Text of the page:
Butcher (his serendipitous name counterposing doomed ordeal journalist Philip True) retraced the 1870s route of explorer Henry Morton Stanley (another "ordeal" journalist), in connection with the still-more-distinguished missionary-turned-explorer Dr. David Livingstone--whose disappearance into the great blank spaces Stanley solved on Nov. 10, 1871, by finding Livingstone half-dead with fever and marooned in a jungle slaving terminus called Ujiji. This immortalized the probably-apocryphal phrase: "Dr. Livingstone, I presume." But months earlier, on July 15, 1871, Livingstone had survived an iconic moment, the Nyangwe massacre by slave-trading agents tied to the great Arab slave mart of East Africa: Zanzibar. Perhaps 400 natives were mowed down in what was not really a straightforward raid for slaves, but apparently a punishment of one slave-trading faction by another, with innocent women at a large outdoor market as symbolic sacrifices (and slaves dragged off as available). As I learned how Nyangwe had helped make Livingstone an epic crusader against slavery (pivotal in the closing of the Zanzibar nexus in 1873), I thought that here might be a research portal, a concrete focus for learning about the East African slave trade generally, with its great Muslim counterpoint to the Middle Passage, the enormity on Africa's other side, facing the Americas.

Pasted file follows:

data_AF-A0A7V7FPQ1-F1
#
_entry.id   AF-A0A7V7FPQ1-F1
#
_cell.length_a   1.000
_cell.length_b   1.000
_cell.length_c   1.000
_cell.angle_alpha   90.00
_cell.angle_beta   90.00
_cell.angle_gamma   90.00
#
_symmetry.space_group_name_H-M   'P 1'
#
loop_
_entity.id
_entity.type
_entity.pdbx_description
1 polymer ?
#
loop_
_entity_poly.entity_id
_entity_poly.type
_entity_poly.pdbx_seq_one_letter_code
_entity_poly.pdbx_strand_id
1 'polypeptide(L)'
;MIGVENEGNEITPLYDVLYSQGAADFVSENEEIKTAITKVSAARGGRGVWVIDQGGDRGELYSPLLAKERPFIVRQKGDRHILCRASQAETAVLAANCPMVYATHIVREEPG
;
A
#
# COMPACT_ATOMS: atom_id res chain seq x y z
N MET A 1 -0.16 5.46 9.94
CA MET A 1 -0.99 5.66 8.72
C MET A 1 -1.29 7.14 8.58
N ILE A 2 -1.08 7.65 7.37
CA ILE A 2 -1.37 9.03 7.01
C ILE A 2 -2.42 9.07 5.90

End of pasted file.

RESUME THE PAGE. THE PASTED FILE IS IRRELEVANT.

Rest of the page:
However, such an intellectual expedition soon hit the predictable malaria. As I dug into Nyangwe, using the magnificent hip-pocket tools of our hurtling era, Google soon was showing me that "Livingstone Lied" about the massacre. One after another impressive Web post said so, solemn and institutionally endorsed. I know now, after only a day of furious digging--with the Web shruggingly serving up the actual documents from the 1870s--that I had in fact hit one more grand Cyber-Hoax, which had made its big splash at a specific moment, on Nov. 1-2, 2011. Subsequently it has hung on in eternal Web tracks, without ever being specifically debunked, but instead being allowed to subside quietly into mystery, as it shelters under issues too large to awaken: the monstrous demise of Africa, as shown by its "Broken Heart" (Butcher's phrase), the 80-million-strong Democratic Republic of the Congo.